52 Tips in 52 Weeks: Board Meeting Minutes are Important Now and Always
Things are changing at what feels like lightning speed. It seems that if I turn off my mobile phone for just an hour or two, I miss all kinds of news headlines and updates that impact my work, family, and community. It’s more important than ever to keep careful records and notes — for the very practical reason that it’s difficult to remember the important details, especially in a constantly changing environment. The same is true for nonprofits. Your board president may ponder, did we remember to complete the conflict of interest forms this year? Did we complete the annual evaluation of the executive director? Did we look at the last quarterly financial statement? Did we approve our budget prior to the start of the fiscal year? What did we discuss or vote on at the last meeting? Sure, many of these things, you may be able to recollect off the top of your head with little trouble, but despite that fact, board meeting minutes serve a crucial role. As the Standards for Excellence: An Ethics and Accountability Code for the Nonprofit Sector states, “Accurate minutes reflecting board and committee actions should be kept and distributed to all board and committee members” and “Committees with decision-making authority should report any committee actions or decisions to the full board. Those decisions must be reflected in the board minutes.”
Sure, we know that minutes are the business records of the organization. We also know well that minutes should be kept of all board meetings, as well as committee meetings where the committee is making decisions on behalf of the board. The IRS Form 990 also has a question about minutes and asks whether the organization keeps contemporaneous documentation of its meetings. State laws too, often require written minutes and will sometimes specify timing and inspection of the minutes.
Minutes are not official until they have been approved by the board (or committee) at the next meeting. It’s appropriate to have the person who is responsible for the minutes sign the minutes that have been submitted to the board. It’s important to store board meeting minutes in a consistent and secure location (paper files and/or electronic records), which helps to protect this historical documentation for an organization.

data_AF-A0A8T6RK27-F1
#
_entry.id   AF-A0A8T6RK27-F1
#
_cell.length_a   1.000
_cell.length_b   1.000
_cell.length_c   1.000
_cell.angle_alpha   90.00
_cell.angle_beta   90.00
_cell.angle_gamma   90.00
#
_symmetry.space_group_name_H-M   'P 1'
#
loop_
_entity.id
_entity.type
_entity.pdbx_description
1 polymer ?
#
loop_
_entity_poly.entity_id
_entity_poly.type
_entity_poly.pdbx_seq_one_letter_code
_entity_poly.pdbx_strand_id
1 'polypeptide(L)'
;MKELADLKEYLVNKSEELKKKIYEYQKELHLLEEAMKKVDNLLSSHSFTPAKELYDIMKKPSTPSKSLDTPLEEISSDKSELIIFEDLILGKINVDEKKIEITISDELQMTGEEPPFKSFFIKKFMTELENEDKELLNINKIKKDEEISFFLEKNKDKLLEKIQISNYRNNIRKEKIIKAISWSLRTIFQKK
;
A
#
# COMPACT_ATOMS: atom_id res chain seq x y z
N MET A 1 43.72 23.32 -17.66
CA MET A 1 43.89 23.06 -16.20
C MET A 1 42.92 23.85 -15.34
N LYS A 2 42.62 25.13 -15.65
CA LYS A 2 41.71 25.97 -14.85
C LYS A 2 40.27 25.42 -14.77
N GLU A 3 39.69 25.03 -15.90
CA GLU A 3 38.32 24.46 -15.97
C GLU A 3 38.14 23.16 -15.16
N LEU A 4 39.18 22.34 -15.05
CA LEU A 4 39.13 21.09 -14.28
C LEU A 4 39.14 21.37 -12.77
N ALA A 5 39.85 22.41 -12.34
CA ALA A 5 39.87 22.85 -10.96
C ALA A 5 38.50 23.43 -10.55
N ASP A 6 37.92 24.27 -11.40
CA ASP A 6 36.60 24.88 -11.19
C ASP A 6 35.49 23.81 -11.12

Board minutes keep all members informed of actions taken and those that need to be taken in the future. A few of the key items that should be included are:
- Information that identifies the meeting (the kind of meeting, name of the group, date, beginning and ending time, location, who was in attendance); who chaired the meeting and if meetings from the previous meeting have been approved
- What actions (motions) were taken.
While writing minutes is not my favorite activity, I do always feel a sense of accomplishment and closure when I finish up a set of minutes from a board or committee meeting. It’s a good practice to carefully and consistently finalize your board meeting minutes so that you can maintain a record of actions and decisions, and move one step closer to meeting your organization’s important mission.
Many organizations wonder if they must, or should, share their board meeting minutes with members of the public. The law does not require this disclosure, and the board should be able to rely on the privacy of the minutes so it can engage in full and frank discussion while gathered at a meeting. That said, it may be advisable to keep minutes in such a way that the information about what has taken place is recorded, but names and editorial comments are not included.
For more information on meeting minutes, we encourage you to check out the Standards for Excellence educational resource packet, Board Member Responsibilities, which includes a set of guidelines for writing minutes as well as a set of sample meeting minutes. In addition, this packet features helpful resources and discussion on topics such as proxy voting, governance and fiduciary responsibilities, bylaws, board policies, expectations for board members, as well as board member development, training, and orientation.
This educational resource packet and the full series of all packets – including sample policies, tools, and model procedures to help nonprofits achieve best practices in their governance and management – can be accessed by contacting a Licensed Standards for Excellence replication partner, one of the over 150 Standards for Excellence Licensed Consultants, or by becoming a member of the Standards for Excellence Institute.
 The IRS defines contemporaneous as either by the next meeting of the board (or committee) or by sixty days following the meeting, whichever is later.
Amy Coates Madsen is the Director Programs for Maryland Nonprofits and the Director of the Standards for Excellence Institute, a national initiative to promote the highest standards of ethics and accountability in nonprofit governance, management, and operations, and to facilitate adherence to standards by all organizations. The Standards for Excellence Institute is a program of the Maryland Association of Nonprofit Organizations where Amy has served for more than twenty-four years. Amy is responsible for coordinating all aspects of the association’s comprehensive ethics and accountability program and efforts to replicate the program nationally. She serves as a frequent trainer and writer in the areas of board conduct, program evaluation, program replication, fundraising ethics, and nonprofit management. She has taught courses on nonprofit ethics and accountability at the Johns Hopkins Institute for Policy Studies Certificate Program on Nonprofit Management.